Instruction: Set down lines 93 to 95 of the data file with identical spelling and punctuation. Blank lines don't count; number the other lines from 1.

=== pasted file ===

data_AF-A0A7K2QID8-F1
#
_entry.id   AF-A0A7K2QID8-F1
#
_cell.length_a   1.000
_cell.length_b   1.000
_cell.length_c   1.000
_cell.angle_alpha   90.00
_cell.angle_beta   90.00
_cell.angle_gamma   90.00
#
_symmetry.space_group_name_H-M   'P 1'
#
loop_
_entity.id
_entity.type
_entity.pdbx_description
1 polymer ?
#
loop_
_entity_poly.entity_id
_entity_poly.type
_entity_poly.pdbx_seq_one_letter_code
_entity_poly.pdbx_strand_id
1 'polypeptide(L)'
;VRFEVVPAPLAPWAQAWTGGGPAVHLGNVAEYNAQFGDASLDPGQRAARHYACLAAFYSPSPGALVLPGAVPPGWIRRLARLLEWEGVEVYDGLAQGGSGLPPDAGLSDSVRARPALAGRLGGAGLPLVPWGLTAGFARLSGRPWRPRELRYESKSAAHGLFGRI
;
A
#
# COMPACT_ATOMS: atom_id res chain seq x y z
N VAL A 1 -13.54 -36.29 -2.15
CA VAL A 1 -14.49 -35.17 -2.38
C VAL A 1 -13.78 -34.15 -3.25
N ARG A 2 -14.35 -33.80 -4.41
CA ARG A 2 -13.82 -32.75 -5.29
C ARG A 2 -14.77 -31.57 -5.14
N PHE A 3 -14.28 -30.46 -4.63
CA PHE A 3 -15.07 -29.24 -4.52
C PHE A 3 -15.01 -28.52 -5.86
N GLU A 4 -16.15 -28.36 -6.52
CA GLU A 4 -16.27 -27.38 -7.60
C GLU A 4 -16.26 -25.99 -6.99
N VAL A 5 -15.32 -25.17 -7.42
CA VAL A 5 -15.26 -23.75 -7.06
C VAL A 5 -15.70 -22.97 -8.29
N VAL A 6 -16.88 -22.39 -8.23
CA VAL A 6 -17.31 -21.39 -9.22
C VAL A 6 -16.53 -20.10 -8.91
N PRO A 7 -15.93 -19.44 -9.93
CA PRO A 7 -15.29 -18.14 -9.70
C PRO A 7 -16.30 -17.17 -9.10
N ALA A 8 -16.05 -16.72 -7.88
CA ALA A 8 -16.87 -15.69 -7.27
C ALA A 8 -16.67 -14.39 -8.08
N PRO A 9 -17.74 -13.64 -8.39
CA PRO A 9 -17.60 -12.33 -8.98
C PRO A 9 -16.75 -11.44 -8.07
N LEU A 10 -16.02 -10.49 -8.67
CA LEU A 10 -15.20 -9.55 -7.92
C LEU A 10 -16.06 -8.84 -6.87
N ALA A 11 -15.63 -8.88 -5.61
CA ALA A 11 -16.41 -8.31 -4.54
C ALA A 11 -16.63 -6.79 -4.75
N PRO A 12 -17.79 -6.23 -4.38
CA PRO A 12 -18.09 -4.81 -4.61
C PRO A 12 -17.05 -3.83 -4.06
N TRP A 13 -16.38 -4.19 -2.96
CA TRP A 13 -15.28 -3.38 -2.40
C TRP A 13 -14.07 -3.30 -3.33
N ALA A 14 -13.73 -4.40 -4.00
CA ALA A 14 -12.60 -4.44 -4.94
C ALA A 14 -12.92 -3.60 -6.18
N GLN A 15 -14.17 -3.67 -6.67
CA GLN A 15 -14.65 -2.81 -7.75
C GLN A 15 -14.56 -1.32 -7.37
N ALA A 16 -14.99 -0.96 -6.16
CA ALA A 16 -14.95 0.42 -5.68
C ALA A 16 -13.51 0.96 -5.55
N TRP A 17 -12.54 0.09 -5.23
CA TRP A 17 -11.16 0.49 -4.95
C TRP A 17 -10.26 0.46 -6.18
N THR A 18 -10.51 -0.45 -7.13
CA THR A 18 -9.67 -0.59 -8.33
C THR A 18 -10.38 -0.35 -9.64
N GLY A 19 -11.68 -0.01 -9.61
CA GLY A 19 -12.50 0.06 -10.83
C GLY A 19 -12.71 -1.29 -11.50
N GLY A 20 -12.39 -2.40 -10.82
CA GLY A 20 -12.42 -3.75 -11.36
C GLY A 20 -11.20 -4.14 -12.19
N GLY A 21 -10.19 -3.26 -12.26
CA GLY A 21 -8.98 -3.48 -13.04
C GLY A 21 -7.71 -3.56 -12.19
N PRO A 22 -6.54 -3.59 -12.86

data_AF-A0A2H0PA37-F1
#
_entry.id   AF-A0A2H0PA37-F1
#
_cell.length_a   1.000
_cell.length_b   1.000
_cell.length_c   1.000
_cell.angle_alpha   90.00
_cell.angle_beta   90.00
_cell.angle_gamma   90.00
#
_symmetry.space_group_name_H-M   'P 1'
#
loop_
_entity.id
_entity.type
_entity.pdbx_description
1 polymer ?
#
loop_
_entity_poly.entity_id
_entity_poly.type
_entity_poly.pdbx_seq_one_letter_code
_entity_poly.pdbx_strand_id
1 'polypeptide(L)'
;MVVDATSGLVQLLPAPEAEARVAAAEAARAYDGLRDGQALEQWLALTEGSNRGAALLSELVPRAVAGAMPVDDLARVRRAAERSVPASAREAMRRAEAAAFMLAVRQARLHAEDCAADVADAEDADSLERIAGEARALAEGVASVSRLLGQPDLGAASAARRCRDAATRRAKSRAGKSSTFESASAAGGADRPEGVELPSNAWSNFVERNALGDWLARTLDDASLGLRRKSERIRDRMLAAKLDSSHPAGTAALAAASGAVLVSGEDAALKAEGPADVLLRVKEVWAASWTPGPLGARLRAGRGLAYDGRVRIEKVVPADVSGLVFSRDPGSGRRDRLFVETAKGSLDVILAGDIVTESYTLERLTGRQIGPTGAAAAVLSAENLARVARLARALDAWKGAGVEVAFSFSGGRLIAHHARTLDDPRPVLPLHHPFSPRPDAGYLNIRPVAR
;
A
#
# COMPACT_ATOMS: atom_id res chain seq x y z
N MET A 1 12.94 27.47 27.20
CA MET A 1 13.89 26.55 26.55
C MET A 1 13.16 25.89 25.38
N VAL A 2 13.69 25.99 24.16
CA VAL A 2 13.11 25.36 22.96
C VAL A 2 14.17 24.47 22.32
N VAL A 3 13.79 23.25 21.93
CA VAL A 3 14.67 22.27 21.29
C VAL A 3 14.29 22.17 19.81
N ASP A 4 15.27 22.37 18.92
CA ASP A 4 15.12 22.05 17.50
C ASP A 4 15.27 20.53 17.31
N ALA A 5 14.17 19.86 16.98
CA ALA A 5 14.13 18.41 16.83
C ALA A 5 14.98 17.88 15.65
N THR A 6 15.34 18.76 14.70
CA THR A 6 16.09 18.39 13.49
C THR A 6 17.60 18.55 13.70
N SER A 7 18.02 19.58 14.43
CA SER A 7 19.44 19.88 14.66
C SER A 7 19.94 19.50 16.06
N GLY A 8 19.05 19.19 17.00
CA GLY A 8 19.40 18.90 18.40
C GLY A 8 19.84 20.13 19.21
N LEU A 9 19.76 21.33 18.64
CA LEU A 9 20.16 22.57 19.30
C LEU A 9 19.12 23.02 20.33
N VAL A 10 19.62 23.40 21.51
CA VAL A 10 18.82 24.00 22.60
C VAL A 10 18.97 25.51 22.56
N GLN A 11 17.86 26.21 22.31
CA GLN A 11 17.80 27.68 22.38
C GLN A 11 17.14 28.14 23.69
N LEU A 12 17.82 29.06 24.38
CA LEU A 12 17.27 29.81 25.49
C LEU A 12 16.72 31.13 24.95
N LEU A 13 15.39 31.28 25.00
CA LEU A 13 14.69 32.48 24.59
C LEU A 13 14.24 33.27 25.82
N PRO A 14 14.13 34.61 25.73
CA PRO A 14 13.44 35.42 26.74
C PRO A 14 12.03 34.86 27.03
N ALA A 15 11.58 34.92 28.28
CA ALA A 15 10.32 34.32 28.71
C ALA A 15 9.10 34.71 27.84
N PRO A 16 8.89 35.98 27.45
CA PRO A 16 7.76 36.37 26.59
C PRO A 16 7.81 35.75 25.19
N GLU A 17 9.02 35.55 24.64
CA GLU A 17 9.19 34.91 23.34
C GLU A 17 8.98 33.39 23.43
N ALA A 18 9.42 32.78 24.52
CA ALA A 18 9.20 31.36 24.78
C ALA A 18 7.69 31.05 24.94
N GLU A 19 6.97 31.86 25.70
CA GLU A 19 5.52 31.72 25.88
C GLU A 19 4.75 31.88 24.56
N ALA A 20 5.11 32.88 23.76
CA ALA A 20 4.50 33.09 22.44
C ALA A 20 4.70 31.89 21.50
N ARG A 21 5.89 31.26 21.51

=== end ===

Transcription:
C GLY A 21 -7.71 -3.56 -12.19
N PRO A 22 -6.54 -3.59 -12.86

data_AF-A0A2H0PA37-F1